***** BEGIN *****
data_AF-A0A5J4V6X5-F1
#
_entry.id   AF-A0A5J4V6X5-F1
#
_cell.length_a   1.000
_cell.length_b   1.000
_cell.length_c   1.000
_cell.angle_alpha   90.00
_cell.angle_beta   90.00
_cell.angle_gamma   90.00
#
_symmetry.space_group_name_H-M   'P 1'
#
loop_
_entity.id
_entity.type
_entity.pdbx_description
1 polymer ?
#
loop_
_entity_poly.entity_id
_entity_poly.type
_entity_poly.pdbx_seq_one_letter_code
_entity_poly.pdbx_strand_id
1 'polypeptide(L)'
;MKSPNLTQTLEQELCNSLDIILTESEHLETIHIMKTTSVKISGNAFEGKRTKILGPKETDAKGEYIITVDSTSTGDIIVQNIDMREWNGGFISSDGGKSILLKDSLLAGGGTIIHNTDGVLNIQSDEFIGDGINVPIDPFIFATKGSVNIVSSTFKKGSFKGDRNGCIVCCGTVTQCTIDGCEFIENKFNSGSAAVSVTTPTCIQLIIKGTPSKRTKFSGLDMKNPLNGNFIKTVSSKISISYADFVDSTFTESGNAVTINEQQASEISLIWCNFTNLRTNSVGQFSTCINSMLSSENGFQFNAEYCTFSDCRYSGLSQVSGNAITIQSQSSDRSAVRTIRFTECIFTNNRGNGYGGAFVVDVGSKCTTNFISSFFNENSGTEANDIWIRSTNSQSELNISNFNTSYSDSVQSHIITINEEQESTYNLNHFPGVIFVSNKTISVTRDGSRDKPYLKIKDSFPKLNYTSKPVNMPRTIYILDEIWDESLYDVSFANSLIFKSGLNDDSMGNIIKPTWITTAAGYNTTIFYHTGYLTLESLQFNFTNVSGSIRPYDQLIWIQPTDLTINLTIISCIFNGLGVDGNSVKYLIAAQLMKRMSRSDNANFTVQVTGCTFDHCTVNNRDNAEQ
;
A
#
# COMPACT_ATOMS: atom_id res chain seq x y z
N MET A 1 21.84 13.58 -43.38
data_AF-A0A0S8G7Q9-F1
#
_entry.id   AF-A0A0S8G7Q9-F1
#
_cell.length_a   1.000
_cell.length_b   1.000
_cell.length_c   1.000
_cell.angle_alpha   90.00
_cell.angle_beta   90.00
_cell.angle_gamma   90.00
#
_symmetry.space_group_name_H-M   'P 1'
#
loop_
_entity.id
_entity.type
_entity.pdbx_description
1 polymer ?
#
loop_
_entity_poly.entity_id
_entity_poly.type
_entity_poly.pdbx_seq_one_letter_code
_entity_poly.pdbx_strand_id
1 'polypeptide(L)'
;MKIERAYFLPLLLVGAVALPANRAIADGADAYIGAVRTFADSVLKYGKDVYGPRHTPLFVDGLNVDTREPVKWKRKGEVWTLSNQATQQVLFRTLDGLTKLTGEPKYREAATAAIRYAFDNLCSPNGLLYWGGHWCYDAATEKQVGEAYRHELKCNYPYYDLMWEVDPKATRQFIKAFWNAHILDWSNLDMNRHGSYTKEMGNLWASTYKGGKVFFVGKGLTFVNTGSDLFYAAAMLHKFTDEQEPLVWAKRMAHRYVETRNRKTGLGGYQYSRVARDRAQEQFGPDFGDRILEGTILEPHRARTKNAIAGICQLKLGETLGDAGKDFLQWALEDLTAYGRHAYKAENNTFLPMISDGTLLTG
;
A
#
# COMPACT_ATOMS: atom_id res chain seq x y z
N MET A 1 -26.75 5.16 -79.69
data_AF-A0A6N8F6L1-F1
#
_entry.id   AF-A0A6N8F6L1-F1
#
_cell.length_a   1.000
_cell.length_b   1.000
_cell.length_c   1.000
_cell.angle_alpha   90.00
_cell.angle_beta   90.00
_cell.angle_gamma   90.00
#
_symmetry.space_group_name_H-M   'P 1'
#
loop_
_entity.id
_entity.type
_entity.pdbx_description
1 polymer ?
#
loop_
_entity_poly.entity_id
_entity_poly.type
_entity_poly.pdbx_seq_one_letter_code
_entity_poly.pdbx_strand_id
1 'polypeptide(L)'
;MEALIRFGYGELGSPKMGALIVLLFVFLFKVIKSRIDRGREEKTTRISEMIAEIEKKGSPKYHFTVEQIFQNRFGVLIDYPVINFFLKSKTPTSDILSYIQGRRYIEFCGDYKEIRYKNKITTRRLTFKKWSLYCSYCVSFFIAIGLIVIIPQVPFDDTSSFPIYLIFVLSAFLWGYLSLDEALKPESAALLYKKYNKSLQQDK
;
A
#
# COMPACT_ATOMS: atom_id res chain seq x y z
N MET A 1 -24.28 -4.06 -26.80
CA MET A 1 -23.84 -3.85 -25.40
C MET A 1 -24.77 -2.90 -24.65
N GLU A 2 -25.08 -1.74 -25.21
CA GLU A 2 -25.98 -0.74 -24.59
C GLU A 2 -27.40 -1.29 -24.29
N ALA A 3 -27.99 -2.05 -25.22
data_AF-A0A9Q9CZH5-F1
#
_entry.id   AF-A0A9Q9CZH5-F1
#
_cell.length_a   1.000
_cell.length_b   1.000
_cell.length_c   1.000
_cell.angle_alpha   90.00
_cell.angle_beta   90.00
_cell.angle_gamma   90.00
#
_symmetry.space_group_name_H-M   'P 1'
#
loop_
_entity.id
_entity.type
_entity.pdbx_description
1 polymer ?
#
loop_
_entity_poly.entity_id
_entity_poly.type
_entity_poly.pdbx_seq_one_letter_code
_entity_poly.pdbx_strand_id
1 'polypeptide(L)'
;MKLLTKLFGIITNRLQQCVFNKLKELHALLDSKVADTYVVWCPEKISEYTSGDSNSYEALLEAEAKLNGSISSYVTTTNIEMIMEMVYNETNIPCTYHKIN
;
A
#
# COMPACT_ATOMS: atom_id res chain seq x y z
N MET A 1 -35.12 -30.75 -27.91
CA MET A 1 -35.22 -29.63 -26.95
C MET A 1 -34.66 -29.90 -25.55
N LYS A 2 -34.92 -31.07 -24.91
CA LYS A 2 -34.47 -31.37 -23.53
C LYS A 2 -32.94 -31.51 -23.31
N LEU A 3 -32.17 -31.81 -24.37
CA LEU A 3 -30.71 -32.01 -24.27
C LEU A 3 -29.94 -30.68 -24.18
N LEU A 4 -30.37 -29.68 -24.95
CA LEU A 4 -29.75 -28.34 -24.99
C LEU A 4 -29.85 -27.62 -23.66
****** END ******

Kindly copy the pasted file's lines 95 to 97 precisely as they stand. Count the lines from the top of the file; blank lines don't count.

C MET A 1 -24.77 -2.90 -24.65
N GLU A 2 -25.08 -1.74 -25.21
CA GLU A 2 -25.98 -0.74 -24.59